My son’s transition to kindergarten has been more difficult than I’d anticipated. He finished preschool a confident, friendly, and bright young boy. I figured he’d just stroll into kinder (as the cool kids call it), turn on the charm, and settle right in.
Yet the first couple of months have been a roller coaster of emotions, for both of us. There are certainly plenty of good days, but also more bad than I’d hoped. The days — both good and bad — are long, a strain on his young mind and body.
My first inclination at pickup is to ask about his day…and if I sense something is amiss, to dig deeper, set it right, and dole out a life lesson on the spot. But often these attempts are met with blank stares from the weary 5-year-old in my back seat.
So when — and how — do I do my digging, setting, and doling? How do I discover what’s going on inside his scruffy little head, so I can then fill it back up with all the good stuff I want to share with him?
Whenever I hear about a new show or film combining one thing with another (killer robot monkeys, alien zombie bunnies, Sharknado), I automatically think of the scene in the movie Big where Tom Hanks (possessed by his younger self) sits in on a pitch meeting at a toy company. After examining a proposed toy, created entirely from market research, younger self Tom offers this critique:
“It turns from a building into a robot, right?
Well, what’s fun about that?”
You can’t just rip off a good idea, tweak it slightly, and automatically expect it to work. It’s obvious when “grownups” are just trying to capitalize on a trend, and when a kid (or a kid at heart) creates something truly inventive — their passion and inspiration clearly shines through.
Such is the case with Dinotrux, a new series on Netflix that successfully re-imagines the “mash-up” genre into something fun and exciting for kids and families. Based on Chris Gall’s series of children’s books, Dinotrux smooshes together dinosaurs and construction vehicles, as well as several Reptools (reptiles + tools). It’s kind of hard to believe no one had done this before!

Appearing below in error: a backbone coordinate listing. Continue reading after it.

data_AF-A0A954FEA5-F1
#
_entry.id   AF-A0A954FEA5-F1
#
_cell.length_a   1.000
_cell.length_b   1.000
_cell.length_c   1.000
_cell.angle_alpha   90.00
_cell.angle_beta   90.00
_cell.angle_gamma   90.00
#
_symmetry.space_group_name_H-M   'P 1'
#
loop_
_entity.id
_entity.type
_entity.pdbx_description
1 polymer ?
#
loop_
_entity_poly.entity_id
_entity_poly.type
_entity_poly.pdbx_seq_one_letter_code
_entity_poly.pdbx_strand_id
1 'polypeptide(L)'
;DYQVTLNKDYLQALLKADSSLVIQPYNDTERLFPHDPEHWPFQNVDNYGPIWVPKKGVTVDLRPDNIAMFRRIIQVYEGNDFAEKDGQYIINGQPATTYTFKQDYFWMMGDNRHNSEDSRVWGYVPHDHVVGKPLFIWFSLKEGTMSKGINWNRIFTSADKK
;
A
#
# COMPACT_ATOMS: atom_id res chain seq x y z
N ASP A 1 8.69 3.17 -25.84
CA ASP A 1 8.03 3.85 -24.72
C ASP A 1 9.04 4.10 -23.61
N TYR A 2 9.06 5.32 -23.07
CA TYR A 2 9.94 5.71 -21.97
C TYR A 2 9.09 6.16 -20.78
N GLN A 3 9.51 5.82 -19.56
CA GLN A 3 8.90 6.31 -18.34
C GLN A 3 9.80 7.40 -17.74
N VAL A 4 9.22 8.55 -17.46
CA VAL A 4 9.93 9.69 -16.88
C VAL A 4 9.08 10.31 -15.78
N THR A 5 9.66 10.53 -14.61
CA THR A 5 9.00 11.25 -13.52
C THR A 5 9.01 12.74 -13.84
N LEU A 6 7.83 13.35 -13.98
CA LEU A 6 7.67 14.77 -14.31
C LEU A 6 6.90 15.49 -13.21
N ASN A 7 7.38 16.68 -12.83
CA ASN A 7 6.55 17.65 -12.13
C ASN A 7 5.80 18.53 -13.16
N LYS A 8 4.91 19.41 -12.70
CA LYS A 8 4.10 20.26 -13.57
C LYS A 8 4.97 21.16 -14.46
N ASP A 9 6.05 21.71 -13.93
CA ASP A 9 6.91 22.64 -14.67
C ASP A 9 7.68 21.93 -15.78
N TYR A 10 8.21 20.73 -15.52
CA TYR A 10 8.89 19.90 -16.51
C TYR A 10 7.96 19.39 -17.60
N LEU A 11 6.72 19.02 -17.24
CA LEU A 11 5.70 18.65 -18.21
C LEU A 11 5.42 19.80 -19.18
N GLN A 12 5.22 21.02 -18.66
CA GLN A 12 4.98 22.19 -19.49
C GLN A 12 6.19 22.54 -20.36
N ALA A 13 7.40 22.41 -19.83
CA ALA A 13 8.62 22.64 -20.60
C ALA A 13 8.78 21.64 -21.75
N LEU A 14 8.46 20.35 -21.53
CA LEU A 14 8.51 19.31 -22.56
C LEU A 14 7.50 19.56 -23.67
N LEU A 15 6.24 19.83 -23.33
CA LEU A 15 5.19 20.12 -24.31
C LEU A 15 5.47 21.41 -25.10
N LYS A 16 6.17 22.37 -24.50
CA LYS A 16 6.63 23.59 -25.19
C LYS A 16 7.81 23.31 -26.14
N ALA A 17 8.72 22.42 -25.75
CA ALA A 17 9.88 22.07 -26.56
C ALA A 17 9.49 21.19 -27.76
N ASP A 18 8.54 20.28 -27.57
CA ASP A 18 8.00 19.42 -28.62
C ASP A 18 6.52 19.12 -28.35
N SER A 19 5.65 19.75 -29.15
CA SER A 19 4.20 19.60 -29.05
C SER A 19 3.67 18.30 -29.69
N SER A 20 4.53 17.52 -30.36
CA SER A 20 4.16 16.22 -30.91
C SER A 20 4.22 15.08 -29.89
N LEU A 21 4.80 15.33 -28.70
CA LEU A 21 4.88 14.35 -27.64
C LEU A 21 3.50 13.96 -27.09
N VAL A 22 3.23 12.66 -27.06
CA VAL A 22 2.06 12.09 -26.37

Designer Daddy and Lunchbox Dad are here to get you in the back-to-school spirit with a lunchbox full of movie fun!
Remember how awesome summer was? Trips to the beach? Staying up late? ALL THE AWESOME MOVIES?!? Yet if you’re like me, your family is already in full-on back-to-school mode — neck deep in homework, after school activities, PTA meetings, etc. I’m stressing myself out just writing that!
As part of what is often labeled a “non-traditional family,” (or NTF*) I strive to fill our son’s life with people, experiences, and stories that reinforce that there’s a place in the world for everyone, regardless of their age, gender, skin color, or how their family is made — including an adopted boy with two gay dads.
While our family may be atypical in it’s makeup, we are extremely typical (boringly so) in that we have the same worries as so many other parents.
“How will our son do well in school?” “Will he ever eat his vegetables?” “Who will his friends be?”
Yet add to that list “Will he be treated differently for having two dads and being adopted?” and we’re back in non-traditional territory. And as any NTF parent can attest, finding books, toys, TV shows, and movies that represent your family can be challenging.